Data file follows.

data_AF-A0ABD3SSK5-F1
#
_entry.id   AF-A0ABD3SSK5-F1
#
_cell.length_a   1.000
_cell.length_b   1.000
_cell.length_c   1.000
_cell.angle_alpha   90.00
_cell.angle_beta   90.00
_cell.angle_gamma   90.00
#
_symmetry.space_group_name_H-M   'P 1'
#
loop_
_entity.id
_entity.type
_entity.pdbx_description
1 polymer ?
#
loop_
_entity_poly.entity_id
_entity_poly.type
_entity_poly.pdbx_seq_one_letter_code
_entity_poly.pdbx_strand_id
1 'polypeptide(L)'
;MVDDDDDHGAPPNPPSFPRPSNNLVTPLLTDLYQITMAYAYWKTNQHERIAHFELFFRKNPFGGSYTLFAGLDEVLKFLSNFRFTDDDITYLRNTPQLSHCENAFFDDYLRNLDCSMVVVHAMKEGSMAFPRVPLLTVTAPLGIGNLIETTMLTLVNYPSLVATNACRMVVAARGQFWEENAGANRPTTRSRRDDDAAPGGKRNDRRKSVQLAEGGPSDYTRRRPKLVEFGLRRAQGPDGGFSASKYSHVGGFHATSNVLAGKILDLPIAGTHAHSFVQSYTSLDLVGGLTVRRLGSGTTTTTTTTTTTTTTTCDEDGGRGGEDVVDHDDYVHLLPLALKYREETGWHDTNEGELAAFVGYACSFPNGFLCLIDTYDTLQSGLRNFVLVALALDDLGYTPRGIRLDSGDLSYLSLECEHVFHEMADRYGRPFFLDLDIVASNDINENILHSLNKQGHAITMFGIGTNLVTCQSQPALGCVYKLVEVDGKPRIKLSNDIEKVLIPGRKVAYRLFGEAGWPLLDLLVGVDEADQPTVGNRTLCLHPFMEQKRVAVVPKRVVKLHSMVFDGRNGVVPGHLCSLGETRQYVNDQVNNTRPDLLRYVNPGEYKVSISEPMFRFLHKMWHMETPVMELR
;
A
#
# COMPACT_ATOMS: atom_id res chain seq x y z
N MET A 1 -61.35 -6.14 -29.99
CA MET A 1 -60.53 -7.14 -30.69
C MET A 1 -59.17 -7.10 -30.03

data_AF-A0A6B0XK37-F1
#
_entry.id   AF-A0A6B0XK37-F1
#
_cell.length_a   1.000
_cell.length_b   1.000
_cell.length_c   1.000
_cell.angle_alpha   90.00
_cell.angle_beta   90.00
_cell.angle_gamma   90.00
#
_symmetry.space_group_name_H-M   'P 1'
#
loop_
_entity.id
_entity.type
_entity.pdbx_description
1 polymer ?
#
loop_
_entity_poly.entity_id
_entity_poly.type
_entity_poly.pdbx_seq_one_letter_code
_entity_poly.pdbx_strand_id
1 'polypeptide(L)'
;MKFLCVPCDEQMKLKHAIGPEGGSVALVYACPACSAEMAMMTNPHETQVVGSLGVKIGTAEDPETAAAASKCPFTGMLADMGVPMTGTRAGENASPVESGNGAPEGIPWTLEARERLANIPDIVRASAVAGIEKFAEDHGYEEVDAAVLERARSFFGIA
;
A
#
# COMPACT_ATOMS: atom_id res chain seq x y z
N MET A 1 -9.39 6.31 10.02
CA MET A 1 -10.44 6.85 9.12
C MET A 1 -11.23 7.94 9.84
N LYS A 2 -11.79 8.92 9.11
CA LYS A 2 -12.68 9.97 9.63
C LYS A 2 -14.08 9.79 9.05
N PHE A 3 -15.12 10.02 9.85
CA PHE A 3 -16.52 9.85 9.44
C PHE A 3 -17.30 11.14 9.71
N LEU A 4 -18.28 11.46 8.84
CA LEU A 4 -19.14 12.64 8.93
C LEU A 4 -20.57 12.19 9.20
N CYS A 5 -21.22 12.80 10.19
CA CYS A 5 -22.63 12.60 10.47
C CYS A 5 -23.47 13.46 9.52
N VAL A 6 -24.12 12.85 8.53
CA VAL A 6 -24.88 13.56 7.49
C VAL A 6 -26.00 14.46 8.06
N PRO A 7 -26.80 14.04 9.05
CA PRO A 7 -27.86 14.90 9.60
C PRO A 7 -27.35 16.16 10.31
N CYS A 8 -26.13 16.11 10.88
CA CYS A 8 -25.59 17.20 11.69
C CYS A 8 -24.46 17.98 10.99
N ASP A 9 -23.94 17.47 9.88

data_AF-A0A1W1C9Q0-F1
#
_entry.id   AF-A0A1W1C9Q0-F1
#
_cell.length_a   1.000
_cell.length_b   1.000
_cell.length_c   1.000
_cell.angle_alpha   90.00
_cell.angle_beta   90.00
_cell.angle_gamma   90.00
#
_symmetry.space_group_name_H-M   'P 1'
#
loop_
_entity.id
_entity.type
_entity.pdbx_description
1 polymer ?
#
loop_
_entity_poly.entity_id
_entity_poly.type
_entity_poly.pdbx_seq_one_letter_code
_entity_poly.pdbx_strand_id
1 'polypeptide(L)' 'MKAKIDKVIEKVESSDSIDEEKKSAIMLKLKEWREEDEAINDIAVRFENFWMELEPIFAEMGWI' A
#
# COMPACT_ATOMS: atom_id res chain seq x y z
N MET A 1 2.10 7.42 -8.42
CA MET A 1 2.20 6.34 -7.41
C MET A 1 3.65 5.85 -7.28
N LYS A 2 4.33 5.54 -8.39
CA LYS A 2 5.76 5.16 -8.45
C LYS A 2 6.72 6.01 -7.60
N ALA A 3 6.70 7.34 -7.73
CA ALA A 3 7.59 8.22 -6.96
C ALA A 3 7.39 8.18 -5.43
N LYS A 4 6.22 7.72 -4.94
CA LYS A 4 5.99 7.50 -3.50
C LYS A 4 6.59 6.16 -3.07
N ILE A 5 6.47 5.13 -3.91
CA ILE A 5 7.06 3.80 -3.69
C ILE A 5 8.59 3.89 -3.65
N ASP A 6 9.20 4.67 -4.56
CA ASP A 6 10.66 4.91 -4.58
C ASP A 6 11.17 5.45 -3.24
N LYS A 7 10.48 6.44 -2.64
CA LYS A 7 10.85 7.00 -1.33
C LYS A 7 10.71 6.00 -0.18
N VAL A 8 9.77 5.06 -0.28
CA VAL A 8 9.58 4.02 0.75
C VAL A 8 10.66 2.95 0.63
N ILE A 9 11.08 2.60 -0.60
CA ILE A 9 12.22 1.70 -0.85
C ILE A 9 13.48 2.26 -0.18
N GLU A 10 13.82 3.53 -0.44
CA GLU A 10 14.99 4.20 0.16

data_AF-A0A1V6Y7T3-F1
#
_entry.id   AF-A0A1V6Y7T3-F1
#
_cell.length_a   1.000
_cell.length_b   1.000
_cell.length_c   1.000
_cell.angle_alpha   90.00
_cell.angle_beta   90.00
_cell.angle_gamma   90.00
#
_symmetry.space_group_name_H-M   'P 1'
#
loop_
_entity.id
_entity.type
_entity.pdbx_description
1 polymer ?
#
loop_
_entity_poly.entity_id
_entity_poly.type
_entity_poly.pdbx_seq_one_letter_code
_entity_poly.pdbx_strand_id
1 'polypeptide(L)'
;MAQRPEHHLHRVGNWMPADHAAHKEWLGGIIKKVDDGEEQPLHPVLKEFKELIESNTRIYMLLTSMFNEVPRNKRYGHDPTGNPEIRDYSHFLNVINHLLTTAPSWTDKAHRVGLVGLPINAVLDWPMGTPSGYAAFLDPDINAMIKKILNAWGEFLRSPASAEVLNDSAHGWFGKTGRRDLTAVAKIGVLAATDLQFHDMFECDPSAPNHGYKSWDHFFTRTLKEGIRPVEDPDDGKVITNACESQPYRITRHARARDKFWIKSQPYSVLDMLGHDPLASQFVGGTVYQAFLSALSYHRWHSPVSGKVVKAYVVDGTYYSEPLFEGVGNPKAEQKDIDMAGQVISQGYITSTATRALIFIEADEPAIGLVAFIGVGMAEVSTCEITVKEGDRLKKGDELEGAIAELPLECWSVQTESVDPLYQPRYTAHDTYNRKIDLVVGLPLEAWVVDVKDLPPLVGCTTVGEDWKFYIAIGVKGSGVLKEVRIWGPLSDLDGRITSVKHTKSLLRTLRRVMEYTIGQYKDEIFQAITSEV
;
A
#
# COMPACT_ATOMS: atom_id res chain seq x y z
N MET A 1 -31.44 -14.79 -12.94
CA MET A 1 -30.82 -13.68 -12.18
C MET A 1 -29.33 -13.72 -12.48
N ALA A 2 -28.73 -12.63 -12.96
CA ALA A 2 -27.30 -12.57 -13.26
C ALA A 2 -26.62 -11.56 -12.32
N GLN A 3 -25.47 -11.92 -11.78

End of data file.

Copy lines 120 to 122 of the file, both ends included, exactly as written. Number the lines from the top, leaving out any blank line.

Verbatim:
CA LYS A 2 5.76 5.16 -8.45
C LYS A 2 6.72 6.01 -7.60
N ALA A 3 6.70 7.34 -7.73